For Undergraduate Students
Ruth Simmons Prize in Gender and Women's Studies
The Pembroke Center is pleased and honored to offer the Ruth Simmons Prize in Gender and Women’s Studies. The prize is awarded annually for an outstanding honors thesis on questions having to do with women or gender. In the spring, the Pembroke Center invites faculty in all fields to nominate honors theses for the prize. A committee of faculty who teach and write in the area of gender studies will make the selection.
If you wish to make a nomination, please send the following to Box 1958 by 4:00 pm on the current nomination deadline date (April 19, 2019):
- thesis adviser’s evaluation
- a copy of the thesis
The Ruth Simmons Prize carries with it an award of $1,000.
Congratulations to the 2018 Ruth Simmons Prize recipient
"Policing the City: How Discourses of Public Safety Reshaped New York"
Policing the City explores different forms of policing that emerged in response to moral panics about crime and sexual economies in late 1970s New York City. The city government, civilian patrols, and feminist organizations each had different definitions of and strategies for achieving public safety, but all excluded the most marginalized New Yorkers from their visions of urban citizenship. These discourses of public safety laid the groundwork for New York's turn toward broken windows policing, redevelopment, and profit-oriented city governance in the decades to come.
Joan Wallach Scott Prize
The Pembroke Center for Teaching and Research on Women annually awards the Joan Wallach Scott Prize for an outstanding honors thesis in Gender and Sexuality Studies. Joan Wallach Scott is the Harold F. Linder Professor of Social Science at the Institute for Advanced Study. Among her many books are Gender and the Politics of History (1988), Only Paradoxes to Offer: French Feminists and the Rights of Man (1996), Parité: Sexual Equality and the Crisis of French Universalism (2005), and The Politics of the Veil: Banning Islamic Headscarves in French Public Schools (2007). Professor Scott taught at Brown from 1980-1985, where she was Nancy Duke Lewis Professor and Professor of History. She was the founding director of the Pembroke Center.
Each year the Pembroke Center awards this prize for an outstanding thesis by a Gender and Sexuality Studies Concentrator.
Congratulations to the 2018 Joan Wallach Scott Prize recipient
Gender and Sexuality Studies
"Wicked Witches of the West: Colonial Impulses in 20th Century Neopagan
Theory and Practice"
Wicked Witches of the West deals with impulses of colonial ideology in 20th century neopagan theory and practice. In my research, I sought to identify and understand the ways in which eclectic neopaganism “borrows” from non-Western cultures and religions in ways that trace pathways of colonialism. By situating these impulses historically, I laid a foundation for developing an ethics of neopaganism which might meaningfully resist these violences.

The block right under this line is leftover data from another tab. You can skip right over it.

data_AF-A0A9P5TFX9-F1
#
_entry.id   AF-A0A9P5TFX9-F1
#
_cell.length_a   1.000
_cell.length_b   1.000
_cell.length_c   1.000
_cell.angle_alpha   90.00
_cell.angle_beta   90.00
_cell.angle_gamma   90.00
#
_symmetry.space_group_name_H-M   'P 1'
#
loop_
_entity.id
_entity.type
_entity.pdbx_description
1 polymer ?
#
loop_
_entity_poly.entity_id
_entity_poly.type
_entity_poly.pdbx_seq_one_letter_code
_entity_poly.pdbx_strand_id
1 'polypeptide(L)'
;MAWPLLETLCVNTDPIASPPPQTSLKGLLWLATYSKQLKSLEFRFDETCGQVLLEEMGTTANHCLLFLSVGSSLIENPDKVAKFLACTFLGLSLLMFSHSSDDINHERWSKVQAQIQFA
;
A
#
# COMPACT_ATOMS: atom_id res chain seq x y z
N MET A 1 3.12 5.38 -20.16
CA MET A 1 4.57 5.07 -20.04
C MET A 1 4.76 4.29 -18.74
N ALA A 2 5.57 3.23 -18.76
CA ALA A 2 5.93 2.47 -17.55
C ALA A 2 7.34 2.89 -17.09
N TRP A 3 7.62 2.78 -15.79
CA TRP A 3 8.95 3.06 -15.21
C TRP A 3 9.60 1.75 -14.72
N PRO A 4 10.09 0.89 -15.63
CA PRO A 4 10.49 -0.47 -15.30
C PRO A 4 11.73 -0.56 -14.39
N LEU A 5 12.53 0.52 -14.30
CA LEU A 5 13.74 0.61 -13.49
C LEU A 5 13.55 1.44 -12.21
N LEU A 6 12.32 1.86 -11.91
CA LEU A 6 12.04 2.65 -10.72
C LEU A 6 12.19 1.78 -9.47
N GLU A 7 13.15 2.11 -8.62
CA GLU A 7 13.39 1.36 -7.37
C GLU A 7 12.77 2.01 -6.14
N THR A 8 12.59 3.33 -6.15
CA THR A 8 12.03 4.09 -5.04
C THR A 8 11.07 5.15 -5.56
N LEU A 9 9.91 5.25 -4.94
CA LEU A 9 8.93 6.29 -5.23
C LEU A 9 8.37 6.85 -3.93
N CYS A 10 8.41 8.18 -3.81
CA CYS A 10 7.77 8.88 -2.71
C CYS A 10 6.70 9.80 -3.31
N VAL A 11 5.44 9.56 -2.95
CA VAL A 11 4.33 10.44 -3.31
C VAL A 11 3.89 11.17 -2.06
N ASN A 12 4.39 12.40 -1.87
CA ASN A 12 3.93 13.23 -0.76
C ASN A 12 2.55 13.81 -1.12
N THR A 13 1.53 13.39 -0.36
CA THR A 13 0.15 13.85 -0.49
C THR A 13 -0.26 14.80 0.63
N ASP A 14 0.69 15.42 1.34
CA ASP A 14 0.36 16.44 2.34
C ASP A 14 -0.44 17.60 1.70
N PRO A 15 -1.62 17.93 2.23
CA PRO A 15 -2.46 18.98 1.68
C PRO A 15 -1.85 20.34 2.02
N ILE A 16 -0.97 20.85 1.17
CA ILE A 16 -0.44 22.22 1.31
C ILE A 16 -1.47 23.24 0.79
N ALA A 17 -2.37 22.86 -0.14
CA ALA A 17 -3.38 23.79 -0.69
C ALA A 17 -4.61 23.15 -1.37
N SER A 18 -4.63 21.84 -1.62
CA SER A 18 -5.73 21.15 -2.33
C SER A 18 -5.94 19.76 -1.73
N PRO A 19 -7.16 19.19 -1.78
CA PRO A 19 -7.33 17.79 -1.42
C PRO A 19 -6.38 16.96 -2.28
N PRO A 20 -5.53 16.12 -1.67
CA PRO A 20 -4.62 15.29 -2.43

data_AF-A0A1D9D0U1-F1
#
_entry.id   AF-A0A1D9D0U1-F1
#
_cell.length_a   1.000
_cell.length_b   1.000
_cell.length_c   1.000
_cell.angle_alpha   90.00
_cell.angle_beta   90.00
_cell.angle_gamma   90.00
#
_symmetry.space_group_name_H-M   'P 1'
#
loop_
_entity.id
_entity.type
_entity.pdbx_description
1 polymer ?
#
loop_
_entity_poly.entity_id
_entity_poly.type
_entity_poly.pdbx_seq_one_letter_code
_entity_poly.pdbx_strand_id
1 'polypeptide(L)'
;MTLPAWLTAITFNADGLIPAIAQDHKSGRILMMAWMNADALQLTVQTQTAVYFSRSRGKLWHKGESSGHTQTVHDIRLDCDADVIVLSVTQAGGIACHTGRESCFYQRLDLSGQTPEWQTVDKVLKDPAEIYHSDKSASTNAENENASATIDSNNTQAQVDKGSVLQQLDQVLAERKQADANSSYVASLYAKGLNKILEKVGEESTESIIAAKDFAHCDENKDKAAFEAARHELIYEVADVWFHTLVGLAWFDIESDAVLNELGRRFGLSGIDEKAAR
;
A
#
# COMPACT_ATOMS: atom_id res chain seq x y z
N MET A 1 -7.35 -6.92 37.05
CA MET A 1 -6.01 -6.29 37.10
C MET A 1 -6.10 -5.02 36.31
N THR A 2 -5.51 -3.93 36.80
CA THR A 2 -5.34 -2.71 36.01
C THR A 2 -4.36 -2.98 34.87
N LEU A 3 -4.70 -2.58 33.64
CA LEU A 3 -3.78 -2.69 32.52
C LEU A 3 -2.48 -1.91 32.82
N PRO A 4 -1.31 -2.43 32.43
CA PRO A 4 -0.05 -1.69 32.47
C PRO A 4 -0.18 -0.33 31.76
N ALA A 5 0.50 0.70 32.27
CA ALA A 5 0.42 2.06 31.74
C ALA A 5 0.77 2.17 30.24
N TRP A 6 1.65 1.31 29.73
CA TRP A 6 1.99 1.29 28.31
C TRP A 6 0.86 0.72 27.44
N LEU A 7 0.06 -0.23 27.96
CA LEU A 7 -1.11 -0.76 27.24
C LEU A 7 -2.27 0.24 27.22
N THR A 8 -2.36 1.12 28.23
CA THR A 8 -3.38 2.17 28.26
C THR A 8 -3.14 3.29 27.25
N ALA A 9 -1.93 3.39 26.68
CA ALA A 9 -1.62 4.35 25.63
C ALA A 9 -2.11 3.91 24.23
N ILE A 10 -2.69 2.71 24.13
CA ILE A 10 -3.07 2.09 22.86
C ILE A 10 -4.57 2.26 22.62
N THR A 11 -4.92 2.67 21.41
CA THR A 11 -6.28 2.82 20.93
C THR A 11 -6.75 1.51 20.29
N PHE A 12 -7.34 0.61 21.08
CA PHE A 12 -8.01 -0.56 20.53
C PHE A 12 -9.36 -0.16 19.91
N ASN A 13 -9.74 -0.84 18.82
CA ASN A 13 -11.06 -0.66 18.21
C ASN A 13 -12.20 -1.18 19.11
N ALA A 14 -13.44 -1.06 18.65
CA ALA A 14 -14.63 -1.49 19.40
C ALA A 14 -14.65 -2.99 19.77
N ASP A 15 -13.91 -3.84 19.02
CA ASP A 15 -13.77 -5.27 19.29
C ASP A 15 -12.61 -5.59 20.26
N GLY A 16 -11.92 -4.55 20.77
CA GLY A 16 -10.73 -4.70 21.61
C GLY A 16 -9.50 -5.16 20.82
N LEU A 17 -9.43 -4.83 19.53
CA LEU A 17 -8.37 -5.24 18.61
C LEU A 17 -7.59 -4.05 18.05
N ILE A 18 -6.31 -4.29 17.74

Marie J. Langlois Dissertation Prize
The Pembroke Center for Teaching and Research on Women annually awards the Marie J. Langlois Dissertation Prize for an outstanding dissertation in the area of feminist studies. Marie J. Langlois became a trustee emerita of the Corporation in 2007 having previously served as trustee and vice chancellor of the University since 1998. She served as a member of the Board of Fellows from 1992 to 1998, as a member of the Board of Trustees from 1980 to 1985, and as a trustee and treasurer of the University from 1988 to 1992. She received a bachelor of arts degree from Brown in 1964 and a master of business administration degree from Harvard University in 1967. Ms. Langlois recently retired as managing director of Washington Trust Investors, a division of Washington Trust Company. She currently serves on the boards of directors of the Rhode Island Foundation, Lifespan, Salve Regina University, Rhode Island Philharmonic and Music School, and Rhode Island Public Radio.
Each year the Pembroke Center awards this prize for a dissertation in areas related to gender studies or feminist analysis. If you wish to nominate a dissertation, please send to Box 1958 by 4:00 pm on the current nomination deadline date (April 19, 2019):
- A nominating letter including a brief description of the dissertation
- A letter of support from a second member of the dissertation committee
- A copy of the dissertation
The Marie J. Langlois Prize carries with it an award of $1,000.
Anne Gray Fischer
"Arrestable Behavior: Women, Police Power and the Making of Law-and-Order America, 1930s-1980s"
Arrestable Behavior is a history of race, sex, and modern American policing between the fall of Prohibition and the rise of "broken windows" policing in the 1980s. Focusing on the highly discretionary, police-driven enforcement of morals misdemeanors, including disorderly conduct, vagrancy, and prostitution—which were primarily deployed against women— "Arrestable Behavior" argues that the changing racial logics of sexual policing were a significant yet understudied driver of the stunning expansion of police power in the late twentieth century.
Helen Terry MacLeod Prize
From 1995-2007 the Pembroke Center awarded this prize for an outstanding undergraduate honors thesis that addressed questions of gender or women, or that brought a feminist analysis to bear on a topic of study.
In 2007, this award was changed from a prize for a completed honors thesis to a research grant available to support undergraduate honors research. See the grants page for more information.